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EU oil embargo: How will the sanctions impact Austria?

Hayley Maguire
Hayley Maguire - [email protected]
EU oil embargo: How will the sanctions impact Austria?
The Schwechat OMV oil refinery near Vienna is among Europes largest inland refineries for mineral oil products. (Photo by JOE KLAMAR / AFP)

The EU’s latest round of economic sanctions against Russia targets oil imports, but what does it mean for Austria? Here's how the move could impact the country.


After weeks of debate and negotiations, the EU finally unveiled a sixth package of economic sanctions last week (Tuesday, May 31st) in response to Russia’s invasion of Ukraine.

This time the target is Russia’s lucrative oil industry with the 27 EU member states agreeing to block the import of Russian oil (by sea) by the end of 2022, with a temporary exemption for Russian oil that comes to the EU via a pipeline.

Additionally, Poland and Germany have pledged to stop pipeline imports of Russian oil by the end of the year, resulting in 90 percent of all Russian oil imports being blocked, according to the BBC.


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The aim of the sanctions is to reduce the income Russia makes from the export of oil to the EU, but the move won’t be without consequences for people within the bloc.

The Local spoke to Elisabeth Christen, Senior Economist at the Austrian Institute of Economic Research (WIFO), to find out how the sanctions might impact Austria in the coming weeks and months.

Where does Austria source oil from?

Prior to the latest round of sanctions, Russia supplied 27 percent of the EU’s oil, amounting to around €400 billion a year.

Austria relies on Russia for just 7.5 percent of all crude oil imports, but processed petroleum products are mostly imported from other EU countries that rely on Russian oil.

Christen told The Local: "For Austria, Kazakhstan is the most important oil importing country with a share of 40 percent, followed by Libya and Iraq, which together cover about 80 percent of domestic oil imports.

"Overall, about 48 percent of Austria's oil supplies come from CIS [Commonwealth of Independent States] countries, which could potentially be eliminated in the event of Russian countermeasures."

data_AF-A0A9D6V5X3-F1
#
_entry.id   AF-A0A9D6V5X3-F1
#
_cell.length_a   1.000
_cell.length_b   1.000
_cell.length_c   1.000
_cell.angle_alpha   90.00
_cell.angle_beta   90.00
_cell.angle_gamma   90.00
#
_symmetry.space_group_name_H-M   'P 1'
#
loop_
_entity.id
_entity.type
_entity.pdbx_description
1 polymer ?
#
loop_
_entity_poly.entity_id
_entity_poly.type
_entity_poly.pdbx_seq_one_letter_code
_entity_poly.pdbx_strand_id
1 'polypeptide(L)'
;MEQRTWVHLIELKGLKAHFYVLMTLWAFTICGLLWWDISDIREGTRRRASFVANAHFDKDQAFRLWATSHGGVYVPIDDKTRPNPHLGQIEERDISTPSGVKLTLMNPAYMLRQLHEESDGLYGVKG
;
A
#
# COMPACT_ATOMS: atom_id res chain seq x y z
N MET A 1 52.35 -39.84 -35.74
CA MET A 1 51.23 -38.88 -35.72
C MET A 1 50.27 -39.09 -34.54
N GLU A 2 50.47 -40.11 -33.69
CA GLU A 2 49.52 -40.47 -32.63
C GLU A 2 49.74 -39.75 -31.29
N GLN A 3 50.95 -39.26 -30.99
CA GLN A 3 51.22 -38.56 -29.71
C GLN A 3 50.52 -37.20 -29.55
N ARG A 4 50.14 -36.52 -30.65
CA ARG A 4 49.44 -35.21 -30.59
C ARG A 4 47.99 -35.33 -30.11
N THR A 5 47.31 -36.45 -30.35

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Talks are now ongoing within the EU to possibly expand the import of oil from OPEC countries, such as Saudi Arabia, the United Arab Emirates, Nigeria and Venezuela. 

Christen said: "A shortage and the associated massive increase in fuel prices would have far-reaching negative effects on the transport of goods and passengers."

Oil imports from OPEC countries currently account for 45 percent of all Austrian oil imports.

How will the new sanctions impact Austria?

When asked about the impact of the oil embargo, Christen said high oil consumption industries and motorists in Austria will be impacted by increasing prices.

She said: "Rising fossil fuel prices will immediately affect the transport service sector, but also indirectly other sectors, like agri-food, that is highly dependent on fossil fuels. 

"Moreover, some households in Austria use oil for heating and oil is a major input for the plastics industry.

"Oil is also used to power electricity plants in Austria, but only to a very limited extent. For electricity generation, gas supply from Russia is much more crucial, as roughly 30 percent of Austrian gas consumption is used for electricity and heating."


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Additionally, there are concerns that Russia's economy could withstand some of the impacts of the oil embargo and that European economies could be hit harder.

Christen said: "The gradual introduction of the oil embargo could give Russia the necessary time to develop alternative oil export strategies or to reduce production volumes, which could make the embargo less effective."

In this case, Christen warned the consequences for Austria and other European economies could be "negative".

What has the Austrian government said about the oil embargo?

Austria’s Federal Chancellor Karl Nehammer has welcomed the latest package of sanctions against Russia, but acknowledged it could lead to tough financial times.

Speaking after the announcement, Nehammer said the measure will be “painful” for EU member states but that it was nothing compared to what people in Ukraine were dealing with, reports the Kronen Zeitung.

Additionally, Nehammer expressed support for Hungary’s Orban in his request for a compromise on the package, and stated that solidarity of member states was crucial to allow individual countries to support the sanctions.

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Could gas be next?

Since the announcement about the EU sanctions on Russian oil, the media has been speculating about whether an embargo on the import of Russian gas could be next.

The Austrian Federal Government has already stated that Austria could not support sanctions on gas due to the country’s high dependency on Russian imports (around 80 percent).

Nehammer recently reiterated this stance and said: "The gas embargo will not be an issue in the next package of sanctions either.”

Economist Christen also doesn't see an embargo on Russian gas in the near future, but said countermeasures by Russia could not be ruled out.

She said: "A full oil embargo increases the risk of countermeasures by Russia, such as a cutback in natural gas supplies to the EU - a risk, however, that already exists without import restrictions in the oil sector."


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